Data Centre: Connectivity is Key

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Data Centre: Connectivity is Key

By Nadene Facey
Colored network Cables plugged in to ports

Connectivity capability should always be high on the agenda when considering a data centre provider. The success and growth of most modern businesses depends on it.   

With more and more core business functions delivered online, connectivity is key. Whether it’s communications, the day to day running of your business or delivery of your services to market, all can be impacted by poor connectivity.

It is important to understand the impact of connectivity downtime on your business; would it just be an inconvenience or would it have serious implications for your business such as lost revenue or damage to your reputation? When looking for the right Data Centre the business requirements for connectivity capacity and speed must be met but levels of resilience should be assessed too.

What should you be looking for?

It is advantageous to seek out a Data Centre which owns and operates its own carrier network as well as having independent carries on-site. This is known as being ‘Carrier Neutral’ and it means you can select services from any providers, including the Data Centre owner itself, based entirely on your own requirements.

Some Data Centres are limited to just a few network carriers, and some do not even run their own networks at all – so it’s vital to spend some time learning about the connectivity options available.

Ask about network capacity, data transmission speeds and latency, and any connections to the major communication Points of Presence (PoPs) to ascertain performance level and connection speeds.

If your requirements are for Point-To-Point links between your offices and your equipment, or between your equipment and your customers premises, then you need to check which carriers are available ‘on-net’ at the facility. You also need to check which other Data Centres and communications locations the Data Centre has within its own network. You will be able to easily access carriers within these other on-net facilities also, so check with the provider to see where their network spans.

If your connectivity requirements are based more around the global internet (rather than point-to-point requirements) then IP Transit capacities and network peerings are the elements that you will need to investigate closely. Partnering with a Data Centre provider who can offer a diverse, highly peered network with multiple paths can improve connection speed, provide resilience and help your business stay online. It’s therefore important to know the number of direct peerings your Data Centre has to other ISPs, as well as any direct connections it has with Tier 1 Internet Service Providers.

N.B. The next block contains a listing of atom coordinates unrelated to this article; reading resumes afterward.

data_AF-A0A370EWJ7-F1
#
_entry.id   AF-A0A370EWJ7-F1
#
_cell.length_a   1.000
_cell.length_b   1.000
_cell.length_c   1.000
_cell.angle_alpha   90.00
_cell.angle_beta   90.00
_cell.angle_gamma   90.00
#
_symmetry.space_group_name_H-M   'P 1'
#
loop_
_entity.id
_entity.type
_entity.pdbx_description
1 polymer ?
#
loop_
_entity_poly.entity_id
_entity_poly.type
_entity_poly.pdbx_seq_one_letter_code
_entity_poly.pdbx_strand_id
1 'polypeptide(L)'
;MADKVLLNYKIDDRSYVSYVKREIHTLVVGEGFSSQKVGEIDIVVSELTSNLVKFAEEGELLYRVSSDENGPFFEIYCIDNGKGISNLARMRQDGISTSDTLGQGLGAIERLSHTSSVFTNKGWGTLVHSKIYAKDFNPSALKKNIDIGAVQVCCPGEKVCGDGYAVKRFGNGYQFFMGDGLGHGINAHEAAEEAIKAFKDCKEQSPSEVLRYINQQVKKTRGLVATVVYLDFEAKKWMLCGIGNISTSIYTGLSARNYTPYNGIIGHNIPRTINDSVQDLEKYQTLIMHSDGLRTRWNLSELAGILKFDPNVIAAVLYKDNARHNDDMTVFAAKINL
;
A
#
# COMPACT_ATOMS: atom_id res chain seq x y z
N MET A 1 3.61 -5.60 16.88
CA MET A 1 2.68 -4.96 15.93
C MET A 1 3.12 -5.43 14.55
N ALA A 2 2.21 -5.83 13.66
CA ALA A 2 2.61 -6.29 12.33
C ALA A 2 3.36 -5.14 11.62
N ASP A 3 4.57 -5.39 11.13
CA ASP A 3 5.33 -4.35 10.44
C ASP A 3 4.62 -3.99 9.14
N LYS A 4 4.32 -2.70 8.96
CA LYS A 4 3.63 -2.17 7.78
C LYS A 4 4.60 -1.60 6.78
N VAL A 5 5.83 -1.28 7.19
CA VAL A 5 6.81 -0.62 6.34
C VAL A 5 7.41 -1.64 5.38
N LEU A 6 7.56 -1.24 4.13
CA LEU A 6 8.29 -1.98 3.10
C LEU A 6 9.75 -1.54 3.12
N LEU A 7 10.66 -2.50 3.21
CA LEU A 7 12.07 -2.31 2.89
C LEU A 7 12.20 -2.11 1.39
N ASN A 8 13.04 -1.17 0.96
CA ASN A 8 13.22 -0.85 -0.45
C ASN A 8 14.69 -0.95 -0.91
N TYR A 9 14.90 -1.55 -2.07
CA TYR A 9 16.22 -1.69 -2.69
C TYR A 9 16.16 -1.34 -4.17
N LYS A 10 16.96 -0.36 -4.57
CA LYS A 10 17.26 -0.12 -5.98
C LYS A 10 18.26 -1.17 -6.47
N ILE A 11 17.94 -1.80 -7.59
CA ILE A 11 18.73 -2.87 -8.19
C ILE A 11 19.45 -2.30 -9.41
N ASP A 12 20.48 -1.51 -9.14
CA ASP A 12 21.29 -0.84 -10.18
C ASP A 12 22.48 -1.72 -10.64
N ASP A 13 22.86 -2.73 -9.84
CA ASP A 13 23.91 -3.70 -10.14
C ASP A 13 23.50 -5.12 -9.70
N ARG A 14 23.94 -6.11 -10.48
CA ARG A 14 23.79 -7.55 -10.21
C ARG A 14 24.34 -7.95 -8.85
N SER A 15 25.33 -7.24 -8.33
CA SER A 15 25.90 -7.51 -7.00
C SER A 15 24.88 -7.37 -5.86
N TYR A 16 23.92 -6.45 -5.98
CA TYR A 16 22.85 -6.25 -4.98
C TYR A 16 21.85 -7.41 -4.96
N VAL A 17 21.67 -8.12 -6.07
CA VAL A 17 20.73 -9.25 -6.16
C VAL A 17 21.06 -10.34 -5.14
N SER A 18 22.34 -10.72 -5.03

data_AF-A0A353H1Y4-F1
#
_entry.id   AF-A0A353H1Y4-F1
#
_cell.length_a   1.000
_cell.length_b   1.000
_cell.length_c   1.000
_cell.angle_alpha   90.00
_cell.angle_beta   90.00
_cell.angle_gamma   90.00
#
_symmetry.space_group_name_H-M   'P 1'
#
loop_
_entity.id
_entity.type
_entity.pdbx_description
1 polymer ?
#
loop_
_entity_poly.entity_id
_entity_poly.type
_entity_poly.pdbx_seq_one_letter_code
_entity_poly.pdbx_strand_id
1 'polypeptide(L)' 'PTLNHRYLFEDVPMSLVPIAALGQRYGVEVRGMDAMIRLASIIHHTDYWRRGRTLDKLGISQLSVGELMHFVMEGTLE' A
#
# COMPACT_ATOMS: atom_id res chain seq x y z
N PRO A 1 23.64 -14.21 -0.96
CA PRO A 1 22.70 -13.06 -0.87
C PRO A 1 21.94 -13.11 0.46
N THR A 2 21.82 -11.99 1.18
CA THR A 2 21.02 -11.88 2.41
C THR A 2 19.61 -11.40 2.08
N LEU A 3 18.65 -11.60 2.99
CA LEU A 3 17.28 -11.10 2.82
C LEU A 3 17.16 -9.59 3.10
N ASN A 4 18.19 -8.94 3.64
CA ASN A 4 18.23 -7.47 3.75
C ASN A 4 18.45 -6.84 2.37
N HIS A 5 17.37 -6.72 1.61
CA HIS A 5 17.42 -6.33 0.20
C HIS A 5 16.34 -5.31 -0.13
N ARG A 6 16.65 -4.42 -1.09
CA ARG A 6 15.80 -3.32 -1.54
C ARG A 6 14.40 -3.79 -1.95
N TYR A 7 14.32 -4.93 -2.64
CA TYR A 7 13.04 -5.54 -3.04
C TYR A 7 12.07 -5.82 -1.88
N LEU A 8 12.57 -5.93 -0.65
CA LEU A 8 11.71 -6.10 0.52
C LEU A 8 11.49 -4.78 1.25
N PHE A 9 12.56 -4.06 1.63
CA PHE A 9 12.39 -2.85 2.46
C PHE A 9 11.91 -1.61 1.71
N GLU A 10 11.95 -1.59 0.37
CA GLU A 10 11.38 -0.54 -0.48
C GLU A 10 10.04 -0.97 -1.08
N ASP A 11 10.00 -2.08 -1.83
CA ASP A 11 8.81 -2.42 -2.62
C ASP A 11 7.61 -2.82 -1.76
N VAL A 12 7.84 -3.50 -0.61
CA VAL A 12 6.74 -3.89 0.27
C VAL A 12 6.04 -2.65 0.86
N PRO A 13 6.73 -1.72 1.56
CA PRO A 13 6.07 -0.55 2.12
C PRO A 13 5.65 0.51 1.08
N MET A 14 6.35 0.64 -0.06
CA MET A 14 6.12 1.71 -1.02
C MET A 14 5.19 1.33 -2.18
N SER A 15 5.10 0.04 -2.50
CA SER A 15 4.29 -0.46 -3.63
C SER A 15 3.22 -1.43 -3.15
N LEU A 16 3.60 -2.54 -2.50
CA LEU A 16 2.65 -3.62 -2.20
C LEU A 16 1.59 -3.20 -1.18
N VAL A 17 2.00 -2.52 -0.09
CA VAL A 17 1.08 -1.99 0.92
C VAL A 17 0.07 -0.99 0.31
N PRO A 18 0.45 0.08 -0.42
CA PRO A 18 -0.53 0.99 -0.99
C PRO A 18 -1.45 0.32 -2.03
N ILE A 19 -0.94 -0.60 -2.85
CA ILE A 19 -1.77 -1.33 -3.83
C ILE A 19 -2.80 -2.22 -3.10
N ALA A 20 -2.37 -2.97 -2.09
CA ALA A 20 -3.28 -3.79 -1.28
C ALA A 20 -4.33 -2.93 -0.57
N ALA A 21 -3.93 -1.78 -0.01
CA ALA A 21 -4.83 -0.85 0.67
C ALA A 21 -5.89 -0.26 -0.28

What about Cloud?

Cloud connectivity is another major factor to consider when selecting a Data Centre today. As more and more organisations adopt a hybrid approach to cloud, you need to establish if your provider can offer dedicated connectivity between the Data Centre and the major public cloud providers, such as Azure, AWS, Oracle and Google. Direct connectivity (instead of reaching them via the public internet) is more secure and significantly more efficient both in terms of latency/throughput as well as commercially.

You may need to consider whether specialist connectivity options are available too. If your business is in the Health and Social Care sector, it’s vital that your Data Centre can provide access to the HSCN network to ensure all Patient Identifiable Data is encrypted and remains secured on UK soil.

If you need a wide-area network to link together elements of your project, or even to join up a series of remote customer sites, then it’s critical that you discuss this with your potential facilities to ensure they have a robust and scalable network to work with you on this.

Leading on from connectivity there are many other components to consider when choosing the right Data Centre for your business. A next logical step could be to review what levels of technical support and monitoring a Data Centre can provide. With so many considerations from connectivity, support and security to diverse power supplies, this process can soon become complex.

Our whitepaper “Choosing the right Data Centre” highlights the key considerations and is designed to help you through the decision-making process making sure you make the right decision for your business. To find out more read the full whitepaper here.